• Short-term disability. Short-term disability (STD) leave is a business insurance benefit that provides compensation or income replacement for non-job-related injuries or illnesses that leave an employee unable to work for a limited time. STD policies will pay for employee benefits for a limited time, usually three months to a year. Generally, short-term plans are less expensive when purchased as part of a group plan and offered as a company-paid benefit. Generally, a private insurance program provides compensation when an employee is on short-term disability leave. Employees must be covered by a short-term disability policy to use the benefits. As an employer, you can offer short-term disability plans to your employees, or they can choose to purchase one elsewhere.
  • Long-term disability. Long-term disability (LTD) leave pays benefits for anywhere from two years to life, depending on the employee’s condition and the policy. The longer the benefit period, the higher the premium. 

The two types of policies are designed to work together. STD leave covers an employee immediately following a serious injury or illness. LTD insurance is meant to replace income if an employee is kept out of work past the end of their short-term disability benefits period.

Bottom LineBottom line

Short-term and long-term disability work together to manage employee benefits. Short-term policies pay for employee benefits during the waiting period before long-term benefits (if necessary) kick in.

What are an employer’s responsibilities regarding disability leave?

As an employer, you must know what you are required — and not required — to provide or do regarding disability leave. Here are six crucial rules to understand if you’re starting a business or already running one.

1. You are required to purchase STD insurance in certain states.

If you are an employer in California, Hawaii, New Jersey, New York or Rhode Island, you are required to purchase STD insurance for your employees. Depending on your state, you may be able to choose between a state and private policy. You might also have the choice of paying for the policy yourself, having employees pay it or sharing the cost.

2. You are only required to provide disability leave by law in certain situations.

As an employer, you can establish policies that apply to all employees regardless of disability status. However, you can’t refuse leave to an employee with a disability if other employees are offered leave. You might also be required to provide reasonable accommodations, such as flextime benefits or unpaid leave to a disabled employee.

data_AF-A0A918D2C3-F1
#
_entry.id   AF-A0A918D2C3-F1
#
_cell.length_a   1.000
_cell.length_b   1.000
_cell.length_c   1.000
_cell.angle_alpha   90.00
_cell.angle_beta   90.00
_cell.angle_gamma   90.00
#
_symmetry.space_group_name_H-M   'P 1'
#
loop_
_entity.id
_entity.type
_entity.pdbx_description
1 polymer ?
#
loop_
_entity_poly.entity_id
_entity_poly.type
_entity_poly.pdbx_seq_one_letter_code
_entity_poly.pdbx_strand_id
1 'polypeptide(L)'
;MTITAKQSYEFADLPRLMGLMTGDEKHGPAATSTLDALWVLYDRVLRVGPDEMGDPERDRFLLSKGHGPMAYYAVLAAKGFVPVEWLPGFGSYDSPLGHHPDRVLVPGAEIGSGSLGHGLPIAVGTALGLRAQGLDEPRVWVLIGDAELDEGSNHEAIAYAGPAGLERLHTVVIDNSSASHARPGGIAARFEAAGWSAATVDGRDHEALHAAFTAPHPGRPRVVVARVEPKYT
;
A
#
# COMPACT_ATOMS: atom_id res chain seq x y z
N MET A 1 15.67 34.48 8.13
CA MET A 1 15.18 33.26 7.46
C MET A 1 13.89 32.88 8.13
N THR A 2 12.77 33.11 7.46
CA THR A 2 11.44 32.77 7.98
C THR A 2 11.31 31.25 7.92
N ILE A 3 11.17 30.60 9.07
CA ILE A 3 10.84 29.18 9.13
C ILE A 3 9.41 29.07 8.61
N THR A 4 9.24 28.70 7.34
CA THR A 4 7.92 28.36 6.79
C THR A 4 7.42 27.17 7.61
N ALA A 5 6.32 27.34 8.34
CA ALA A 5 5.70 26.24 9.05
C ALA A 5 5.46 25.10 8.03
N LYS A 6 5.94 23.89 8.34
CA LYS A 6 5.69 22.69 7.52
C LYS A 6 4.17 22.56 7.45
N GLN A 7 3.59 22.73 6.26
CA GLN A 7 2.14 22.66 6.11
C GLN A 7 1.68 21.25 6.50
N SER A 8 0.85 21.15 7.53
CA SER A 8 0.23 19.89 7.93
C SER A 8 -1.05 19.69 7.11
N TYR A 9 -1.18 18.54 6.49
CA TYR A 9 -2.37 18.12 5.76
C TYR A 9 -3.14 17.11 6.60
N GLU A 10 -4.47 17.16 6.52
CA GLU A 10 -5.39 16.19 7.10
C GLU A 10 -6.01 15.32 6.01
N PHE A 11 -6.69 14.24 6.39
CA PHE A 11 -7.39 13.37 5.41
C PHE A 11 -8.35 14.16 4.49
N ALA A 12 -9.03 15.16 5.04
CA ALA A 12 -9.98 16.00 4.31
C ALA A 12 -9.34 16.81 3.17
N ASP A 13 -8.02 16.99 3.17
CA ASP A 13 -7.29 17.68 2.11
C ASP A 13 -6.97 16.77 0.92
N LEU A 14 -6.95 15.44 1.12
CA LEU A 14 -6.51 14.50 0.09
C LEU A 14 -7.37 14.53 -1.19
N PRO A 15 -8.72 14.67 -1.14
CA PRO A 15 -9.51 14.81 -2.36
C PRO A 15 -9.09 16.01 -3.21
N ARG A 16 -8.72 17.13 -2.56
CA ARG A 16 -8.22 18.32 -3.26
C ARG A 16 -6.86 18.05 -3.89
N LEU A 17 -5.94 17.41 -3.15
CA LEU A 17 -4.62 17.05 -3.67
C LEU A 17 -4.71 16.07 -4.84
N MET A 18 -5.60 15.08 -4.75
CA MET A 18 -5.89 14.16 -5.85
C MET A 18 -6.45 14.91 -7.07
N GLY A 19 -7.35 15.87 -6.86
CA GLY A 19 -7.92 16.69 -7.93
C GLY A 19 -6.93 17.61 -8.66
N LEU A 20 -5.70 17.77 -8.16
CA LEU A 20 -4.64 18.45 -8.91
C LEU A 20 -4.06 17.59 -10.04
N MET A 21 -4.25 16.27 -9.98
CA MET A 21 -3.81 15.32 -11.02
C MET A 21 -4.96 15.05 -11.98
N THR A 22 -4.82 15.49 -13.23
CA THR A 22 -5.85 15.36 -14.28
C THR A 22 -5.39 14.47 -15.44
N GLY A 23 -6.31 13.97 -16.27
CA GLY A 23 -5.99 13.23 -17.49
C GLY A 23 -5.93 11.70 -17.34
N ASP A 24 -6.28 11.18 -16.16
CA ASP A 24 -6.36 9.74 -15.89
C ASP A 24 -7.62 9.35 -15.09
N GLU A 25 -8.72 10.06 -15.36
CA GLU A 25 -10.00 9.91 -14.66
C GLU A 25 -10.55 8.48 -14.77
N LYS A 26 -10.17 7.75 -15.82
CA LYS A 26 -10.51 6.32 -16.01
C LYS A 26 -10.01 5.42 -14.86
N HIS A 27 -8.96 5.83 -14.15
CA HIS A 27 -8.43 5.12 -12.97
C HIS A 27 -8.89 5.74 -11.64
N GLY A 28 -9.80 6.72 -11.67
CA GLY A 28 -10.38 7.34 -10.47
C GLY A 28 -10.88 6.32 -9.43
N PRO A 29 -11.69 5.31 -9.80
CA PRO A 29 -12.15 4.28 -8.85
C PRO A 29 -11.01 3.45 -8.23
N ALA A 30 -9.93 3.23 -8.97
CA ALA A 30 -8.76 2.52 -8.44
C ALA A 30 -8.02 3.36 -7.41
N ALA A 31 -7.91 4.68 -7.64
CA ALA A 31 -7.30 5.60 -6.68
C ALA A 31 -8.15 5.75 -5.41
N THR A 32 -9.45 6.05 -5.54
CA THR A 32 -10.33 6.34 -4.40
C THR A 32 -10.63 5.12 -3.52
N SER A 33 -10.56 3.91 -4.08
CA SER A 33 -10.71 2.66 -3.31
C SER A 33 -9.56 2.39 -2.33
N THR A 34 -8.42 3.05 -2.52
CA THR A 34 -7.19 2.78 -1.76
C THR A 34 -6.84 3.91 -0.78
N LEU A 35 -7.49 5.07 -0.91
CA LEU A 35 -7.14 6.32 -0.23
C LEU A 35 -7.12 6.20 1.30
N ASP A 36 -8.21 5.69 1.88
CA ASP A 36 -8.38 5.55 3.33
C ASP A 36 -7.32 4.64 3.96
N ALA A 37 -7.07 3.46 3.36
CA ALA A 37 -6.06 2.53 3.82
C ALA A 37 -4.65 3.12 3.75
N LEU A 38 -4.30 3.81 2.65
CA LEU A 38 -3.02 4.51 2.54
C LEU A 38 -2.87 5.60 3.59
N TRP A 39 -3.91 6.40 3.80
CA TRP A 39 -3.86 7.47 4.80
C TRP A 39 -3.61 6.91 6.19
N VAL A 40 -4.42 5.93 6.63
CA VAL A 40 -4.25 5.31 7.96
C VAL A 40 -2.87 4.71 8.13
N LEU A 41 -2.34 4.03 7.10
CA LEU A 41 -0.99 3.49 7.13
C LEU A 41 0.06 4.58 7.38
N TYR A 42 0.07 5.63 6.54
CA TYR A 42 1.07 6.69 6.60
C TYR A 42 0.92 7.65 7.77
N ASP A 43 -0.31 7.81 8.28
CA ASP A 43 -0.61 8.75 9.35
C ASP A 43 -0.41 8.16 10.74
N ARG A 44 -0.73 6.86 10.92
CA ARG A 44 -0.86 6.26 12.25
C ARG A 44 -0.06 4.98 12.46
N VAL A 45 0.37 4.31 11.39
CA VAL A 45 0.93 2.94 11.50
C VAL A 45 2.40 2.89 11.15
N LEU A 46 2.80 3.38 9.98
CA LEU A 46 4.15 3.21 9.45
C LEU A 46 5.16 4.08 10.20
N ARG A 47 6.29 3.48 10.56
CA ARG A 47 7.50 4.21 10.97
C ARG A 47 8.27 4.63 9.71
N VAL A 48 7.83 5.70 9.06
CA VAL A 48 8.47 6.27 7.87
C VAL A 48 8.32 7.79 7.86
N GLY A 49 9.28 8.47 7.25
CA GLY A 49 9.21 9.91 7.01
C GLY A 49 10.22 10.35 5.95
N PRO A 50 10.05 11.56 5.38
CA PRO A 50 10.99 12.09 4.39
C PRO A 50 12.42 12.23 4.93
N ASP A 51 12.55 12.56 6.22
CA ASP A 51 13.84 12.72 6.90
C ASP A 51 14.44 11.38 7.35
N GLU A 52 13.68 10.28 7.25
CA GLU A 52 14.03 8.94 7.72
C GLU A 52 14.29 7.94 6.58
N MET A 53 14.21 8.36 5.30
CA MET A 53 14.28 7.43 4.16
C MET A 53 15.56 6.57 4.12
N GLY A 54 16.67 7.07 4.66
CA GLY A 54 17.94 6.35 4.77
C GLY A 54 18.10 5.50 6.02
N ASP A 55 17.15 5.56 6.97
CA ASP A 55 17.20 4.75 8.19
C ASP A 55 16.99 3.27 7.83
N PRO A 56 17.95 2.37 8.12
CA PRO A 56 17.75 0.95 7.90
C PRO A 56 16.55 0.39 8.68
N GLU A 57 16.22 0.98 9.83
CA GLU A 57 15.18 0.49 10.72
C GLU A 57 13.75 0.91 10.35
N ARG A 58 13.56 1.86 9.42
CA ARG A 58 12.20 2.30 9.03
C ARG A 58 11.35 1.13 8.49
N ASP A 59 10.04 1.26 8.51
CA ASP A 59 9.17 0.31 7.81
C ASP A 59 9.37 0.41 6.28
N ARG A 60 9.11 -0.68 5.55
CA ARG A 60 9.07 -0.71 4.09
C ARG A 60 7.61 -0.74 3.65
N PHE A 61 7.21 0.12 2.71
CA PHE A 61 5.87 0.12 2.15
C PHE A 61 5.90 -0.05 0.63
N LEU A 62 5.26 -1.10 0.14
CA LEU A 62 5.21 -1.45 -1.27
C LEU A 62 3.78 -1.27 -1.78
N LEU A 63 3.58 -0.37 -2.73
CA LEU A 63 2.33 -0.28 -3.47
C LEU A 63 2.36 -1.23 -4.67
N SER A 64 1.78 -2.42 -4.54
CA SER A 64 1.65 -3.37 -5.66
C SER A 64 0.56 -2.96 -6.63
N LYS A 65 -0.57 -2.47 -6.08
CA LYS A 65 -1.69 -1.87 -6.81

Did You Know?Did you know

If an employee’s disability is covered by both the ADA and the FMLA, employers must provide leave under whichever law offers the most rights and benefits to the employee.

3. You are not required to provide disability leave so an employee can care for their relative.

Under the ADA, you are not required to modify your leave policy to allow an employee to care for a family member; employees can only use disability leave for themselves. However, the FMLA covers unpaid leave for an employee to care for a family member.

4. You are required to hold an employee’s job for them while they are on leave.

Under the FMLA, when the employee returns from leave, you must give them either their old job or a job that provides the same salary and benefits as their previous position. Additionally, you must continue to provide the employee with health insurance during their leave.

5. You are not required to pay employees who are on disability leave.

As an employer, you are not required to provide paid leave under the ADA or FMLA. However, California, Hawaii, New York, New Jersey and Rhode Island all require some form of paid leave.

TipBottom line

Paid leave types include vacation time, holiday time, sick leave, bereavement leave, sabbaticals and more.

6. You must have a certain number of employees for the FMLA and ADA to apply.

The ADA and FMLA only intersect if your business has 50 or more employees. This is because the ADA applies to businesses with 15 or more employees, while the FMLA applies to businesses with 50 or more. Each law also has different parameters regarding what qualifies an employee for leave. Here are several examples:

  • If an employee is injured on the job, they are covered by workers’ compensation and must go through the workers’ compensation claims process.
  • If an employee has a serious health condition, they are covered by the FMLA.
  • If the employee’s condition meets the definition of a disability, they are covered by the ADA.

Jennifer Dublino contributed to this article. Source interviews were conducted for a previous version of this article.

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Kiely Kuligowski, Staff Writer
Kiely Kuligowski is a and Business News Daily writer and has written more than 200 B2B-related articles on topics designed to help small businesses market and grow their companies. Kiely spent hundreds of hours researching, analyzing and writing about the best marketing services for small businesses, including email marketing and text message marketing software. Additionally, Kiely writes on topics that help small business owners and entrepreneurs boost their social media engagement on platforms like Facebook, Twitter and Instagram.